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Quote:
Originally Posted by Roll_Bones View Post
I always soaked my beans in cold water in the fridge overnight.
My wife does not soak her beans at all.

Guess who makes the best beans?


Sorry, not enough information to make a meaningful decision.
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Old 10-20-2013, 09:00 PM   #16
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I always soaked my beans in cold water in the fridge overnight.
My wife does not soak her beans at all.

Guess who makes the best beans?
And guess who uses the most gas/electricity or whatever you and your wife cook with.
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Old 10-21-2013, 12:21 AM   #17
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Quote:
Originally Posted by Roll_Bones View Post
I always soaked my beans in cold water in the fridge overnight.
My wife does not soak her beans at all.

Guess who makes the best beans?
Refrigeration is necessary when marinating meats, but not when soaking beans. Just a waste of energy.

We just had a pot of ham and white beans last week (had a nice ham bone from a Sunday roast ham). After cleaning and rinsing we soaked the beans overnight, uncovered on the counter. Drained the beans, then started the cooking process a little before noon the next day.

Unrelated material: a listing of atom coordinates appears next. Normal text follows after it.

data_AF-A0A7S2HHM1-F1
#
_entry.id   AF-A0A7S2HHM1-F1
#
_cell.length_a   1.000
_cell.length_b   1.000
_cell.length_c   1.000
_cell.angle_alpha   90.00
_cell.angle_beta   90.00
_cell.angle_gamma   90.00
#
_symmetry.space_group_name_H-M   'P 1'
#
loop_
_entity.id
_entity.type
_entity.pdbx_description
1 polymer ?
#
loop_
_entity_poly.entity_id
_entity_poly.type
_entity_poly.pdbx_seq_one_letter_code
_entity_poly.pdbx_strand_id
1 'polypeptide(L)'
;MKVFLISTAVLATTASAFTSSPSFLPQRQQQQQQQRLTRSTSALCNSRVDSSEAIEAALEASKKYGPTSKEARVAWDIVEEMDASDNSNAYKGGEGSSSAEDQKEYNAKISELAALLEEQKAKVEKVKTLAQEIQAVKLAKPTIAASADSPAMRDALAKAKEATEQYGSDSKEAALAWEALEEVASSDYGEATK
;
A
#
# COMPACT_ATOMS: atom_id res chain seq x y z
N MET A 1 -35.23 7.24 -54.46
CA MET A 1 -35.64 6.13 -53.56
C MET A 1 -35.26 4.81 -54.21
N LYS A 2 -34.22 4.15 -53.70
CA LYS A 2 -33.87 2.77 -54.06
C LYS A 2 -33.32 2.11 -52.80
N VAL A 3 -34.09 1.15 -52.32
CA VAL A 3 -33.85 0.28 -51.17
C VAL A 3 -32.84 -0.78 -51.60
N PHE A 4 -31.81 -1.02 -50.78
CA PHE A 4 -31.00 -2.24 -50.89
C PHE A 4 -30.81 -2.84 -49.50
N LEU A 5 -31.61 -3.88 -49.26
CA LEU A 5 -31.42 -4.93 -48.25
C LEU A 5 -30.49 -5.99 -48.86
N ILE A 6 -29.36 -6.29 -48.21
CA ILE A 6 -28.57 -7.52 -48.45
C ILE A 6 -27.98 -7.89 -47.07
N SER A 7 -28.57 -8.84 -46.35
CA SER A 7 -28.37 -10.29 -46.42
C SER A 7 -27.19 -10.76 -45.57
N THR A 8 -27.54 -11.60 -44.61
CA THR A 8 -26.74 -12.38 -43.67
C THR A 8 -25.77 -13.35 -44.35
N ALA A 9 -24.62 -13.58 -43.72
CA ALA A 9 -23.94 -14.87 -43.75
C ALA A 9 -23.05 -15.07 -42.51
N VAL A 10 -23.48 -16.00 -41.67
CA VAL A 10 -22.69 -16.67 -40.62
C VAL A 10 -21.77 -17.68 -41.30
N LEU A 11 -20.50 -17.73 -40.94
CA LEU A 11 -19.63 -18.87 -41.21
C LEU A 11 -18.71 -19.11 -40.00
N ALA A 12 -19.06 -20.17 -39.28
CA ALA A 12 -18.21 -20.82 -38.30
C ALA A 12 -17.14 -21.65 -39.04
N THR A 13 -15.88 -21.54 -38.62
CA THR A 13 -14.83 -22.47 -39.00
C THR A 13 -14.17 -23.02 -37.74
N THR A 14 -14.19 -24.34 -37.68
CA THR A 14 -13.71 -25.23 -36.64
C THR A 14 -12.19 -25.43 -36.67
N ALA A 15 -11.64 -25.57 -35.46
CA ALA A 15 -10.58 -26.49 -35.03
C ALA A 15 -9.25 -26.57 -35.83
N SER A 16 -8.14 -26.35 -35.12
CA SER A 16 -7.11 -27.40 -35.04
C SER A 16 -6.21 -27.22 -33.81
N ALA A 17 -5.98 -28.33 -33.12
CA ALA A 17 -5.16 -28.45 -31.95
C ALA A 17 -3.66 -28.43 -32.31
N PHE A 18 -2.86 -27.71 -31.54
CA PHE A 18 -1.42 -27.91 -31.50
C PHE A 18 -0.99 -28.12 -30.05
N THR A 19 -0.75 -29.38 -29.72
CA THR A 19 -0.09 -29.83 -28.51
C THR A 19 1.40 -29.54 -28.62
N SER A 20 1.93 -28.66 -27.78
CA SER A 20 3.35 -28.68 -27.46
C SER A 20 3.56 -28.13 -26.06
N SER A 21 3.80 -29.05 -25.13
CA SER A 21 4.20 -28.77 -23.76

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Old 10-21-2013, 12:31 AM   #18
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I have always found the best way to tell if your beans are done is to take a couple on a spoon. Blow on them. If the skins split, the beans are cooked and ready to eat. The don't need to go in the fridge when soaking. And it certainly won't hurt them if you feel you need to cover them while soaking.
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Old 10-21-2013, 08:29 AM   #19
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I soak my beans overnight in a stainless bowl on the counter. Lately, I have found that the pressure cooker works the best for cooking them. I have an electric digital pressure cooker that turns off automatically and releases the pressure. I haven't used it for anything other than beans (yet), but really like this pressure cooker. It also is a rice cooker, etc.
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Old 10-21-2013, 10:11 AM   #20
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I soak my beans overnight in a stainless bowl on the counter. Lately, I have found that the pressure cooker works the best for cooking them. I have an electric digital pressure cooker that turns off automatically and releases the pressure. I haven't used it for anything other than beans (yet), but really like this pressure cooker. It also is a rice cooker, etc.
I've wondered about those. Mine is the old-fashioned Prestige type with weights that spin when up to pressure. Not much fine-tuned control really so I don't use it for anything delicate.